Methylsorb Technology for Detecting DNA Methylation Using Gold-DNA Affinity Interaction
A brief description: This is the surface Plasmon Resonance version of the eMthylsorb technology.
The video illustrates the basic principle of the Methylsorb approach. Briefly, DNA samples extracted from cell lines were treated with bisulphite to convert unmethylated cytosines into uracils while methylated cytosines remained unchanged. These samples were then converted to ss-DNA amplicons by an asymmetric PCR step, where methylated cytosines were copied into guanines, and uracils into adenines. The resulting ss-DNA amplicons were directly adsorbed onto a gold chip. To quantify adsorbed DNA sequences on gold chip, we used a surface Plasmon resonance (SPR) biosensing approach that detects changes in refractive index over time (i.e., changes in the SPR spectral shift) at the sensing surface, which is directly proportional to the relative mass increase associated with target adsorption, thus enabling the real-time and label-free monitoring of targets.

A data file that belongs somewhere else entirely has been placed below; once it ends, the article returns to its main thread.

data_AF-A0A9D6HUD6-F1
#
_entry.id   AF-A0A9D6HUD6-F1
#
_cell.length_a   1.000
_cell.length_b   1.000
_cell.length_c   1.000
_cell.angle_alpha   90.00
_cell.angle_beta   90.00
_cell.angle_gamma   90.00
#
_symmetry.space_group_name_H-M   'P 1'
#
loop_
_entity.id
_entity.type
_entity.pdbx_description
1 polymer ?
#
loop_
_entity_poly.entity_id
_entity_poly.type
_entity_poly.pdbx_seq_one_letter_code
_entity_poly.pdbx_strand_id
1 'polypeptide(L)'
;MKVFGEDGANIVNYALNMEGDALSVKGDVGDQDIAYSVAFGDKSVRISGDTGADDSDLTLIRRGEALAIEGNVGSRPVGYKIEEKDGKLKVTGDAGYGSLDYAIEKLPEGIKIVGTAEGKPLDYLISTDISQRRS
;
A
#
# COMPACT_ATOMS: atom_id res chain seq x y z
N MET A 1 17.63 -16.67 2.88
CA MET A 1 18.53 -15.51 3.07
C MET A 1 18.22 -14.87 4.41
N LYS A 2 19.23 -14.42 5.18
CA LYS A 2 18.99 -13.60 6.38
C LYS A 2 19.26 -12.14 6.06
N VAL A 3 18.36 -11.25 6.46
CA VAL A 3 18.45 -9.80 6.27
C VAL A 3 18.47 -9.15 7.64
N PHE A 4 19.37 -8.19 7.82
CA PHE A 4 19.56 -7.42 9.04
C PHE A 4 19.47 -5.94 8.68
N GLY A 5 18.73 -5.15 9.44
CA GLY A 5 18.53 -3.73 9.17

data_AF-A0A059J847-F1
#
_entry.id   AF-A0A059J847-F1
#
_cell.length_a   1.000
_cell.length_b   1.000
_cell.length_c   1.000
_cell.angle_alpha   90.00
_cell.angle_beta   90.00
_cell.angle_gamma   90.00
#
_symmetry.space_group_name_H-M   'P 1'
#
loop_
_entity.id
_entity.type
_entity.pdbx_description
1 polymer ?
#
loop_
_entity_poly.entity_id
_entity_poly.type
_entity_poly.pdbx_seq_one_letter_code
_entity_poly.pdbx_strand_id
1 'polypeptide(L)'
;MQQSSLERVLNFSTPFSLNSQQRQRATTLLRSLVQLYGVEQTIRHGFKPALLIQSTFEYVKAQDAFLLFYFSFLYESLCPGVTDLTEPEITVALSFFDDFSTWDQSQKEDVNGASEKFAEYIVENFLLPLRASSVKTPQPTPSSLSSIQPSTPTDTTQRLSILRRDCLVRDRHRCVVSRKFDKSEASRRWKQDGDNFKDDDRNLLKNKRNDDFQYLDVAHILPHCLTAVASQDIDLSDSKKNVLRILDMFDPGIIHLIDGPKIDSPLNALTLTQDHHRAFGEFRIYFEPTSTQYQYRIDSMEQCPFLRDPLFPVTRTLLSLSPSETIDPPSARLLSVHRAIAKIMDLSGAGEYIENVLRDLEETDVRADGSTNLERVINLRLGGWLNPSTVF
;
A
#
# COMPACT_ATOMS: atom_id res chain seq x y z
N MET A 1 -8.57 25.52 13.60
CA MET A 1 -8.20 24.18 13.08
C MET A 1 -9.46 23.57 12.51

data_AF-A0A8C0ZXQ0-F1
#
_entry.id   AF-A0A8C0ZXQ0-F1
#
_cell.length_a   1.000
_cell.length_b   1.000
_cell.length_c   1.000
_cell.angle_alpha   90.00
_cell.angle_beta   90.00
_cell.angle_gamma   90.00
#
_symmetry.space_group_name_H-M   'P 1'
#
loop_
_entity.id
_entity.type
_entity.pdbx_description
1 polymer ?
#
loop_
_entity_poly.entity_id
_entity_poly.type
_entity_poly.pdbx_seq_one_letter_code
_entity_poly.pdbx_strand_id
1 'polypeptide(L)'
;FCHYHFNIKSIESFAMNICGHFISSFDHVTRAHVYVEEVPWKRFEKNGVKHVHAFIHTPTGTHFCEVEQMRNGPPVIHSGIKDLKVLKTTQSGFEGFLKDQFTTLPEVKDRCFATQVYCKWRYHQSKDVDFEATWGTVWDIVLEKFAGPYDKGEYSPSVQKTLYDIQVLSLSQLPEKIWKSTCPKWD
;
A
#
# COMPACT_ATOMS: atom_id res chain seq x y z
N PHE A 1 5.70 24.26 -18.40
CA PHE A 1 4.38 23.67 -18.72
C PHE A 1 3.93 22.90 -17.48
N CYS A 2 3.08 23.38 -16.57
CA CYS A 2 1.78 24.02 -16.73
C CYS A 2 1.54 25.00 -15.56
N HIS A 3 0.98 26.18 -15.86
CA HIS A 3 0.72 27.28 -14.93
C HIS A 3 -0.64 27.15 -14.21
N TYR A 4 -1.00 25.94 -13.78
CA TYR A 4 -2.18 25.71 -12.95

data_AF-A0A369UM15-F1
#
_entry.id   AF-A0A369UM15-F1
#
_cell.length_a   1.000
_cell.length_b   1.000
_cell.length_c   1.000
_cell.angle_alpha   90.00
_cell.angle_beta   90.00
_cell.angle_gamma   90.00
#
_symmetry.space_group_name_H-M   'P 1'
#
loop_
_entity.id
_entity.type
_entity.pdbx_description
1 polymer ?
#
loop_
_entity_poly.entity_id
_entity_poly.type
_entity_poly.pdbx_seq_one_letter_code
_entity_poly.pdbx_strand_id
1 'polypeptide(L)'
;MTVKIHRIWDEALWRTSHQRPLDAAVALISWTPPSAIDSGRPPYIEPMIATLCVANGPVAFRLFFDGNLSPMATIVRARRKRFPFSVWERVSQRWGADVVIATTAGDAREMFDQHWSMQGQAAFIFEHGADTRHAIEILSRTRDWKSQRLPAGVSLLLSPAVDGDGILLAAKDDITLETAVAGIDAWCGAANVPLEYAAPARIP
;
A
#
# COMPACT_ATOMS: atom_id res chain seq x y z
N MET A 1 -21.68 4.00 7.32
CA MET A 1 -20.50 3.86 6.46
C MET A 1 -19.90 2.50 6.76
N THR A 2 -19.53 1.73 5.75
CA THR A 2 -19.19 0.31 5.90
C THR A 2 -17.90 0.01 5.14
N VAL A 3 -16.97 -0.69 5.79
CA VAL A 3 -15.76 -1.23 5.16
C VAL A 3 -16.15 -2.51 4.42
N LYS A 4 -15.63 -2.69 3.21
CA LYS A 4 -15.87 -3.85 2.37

Impact / Significance: This sensing concept gave a completely new dimension to the field, and attracted massive interest to the biosensing community as it can overcome all major technological drawbacks in current biosensing approaches. It uses direct adsorption of target biomarkers on a bare gold chip/surface rather than the conventional approach of using recognition and transduction layers in hybridisation or immunoassays based biosensors. This is a substantial invention because it substantially simplifies the method by avoiding the complicated chemistries underlying each step of the sensor fabrication thereby significantly reduce the analysis time and assay cost.
Main Contributors: Muhammad J A Shiddiky and Laura G Carrascosa et al (2014)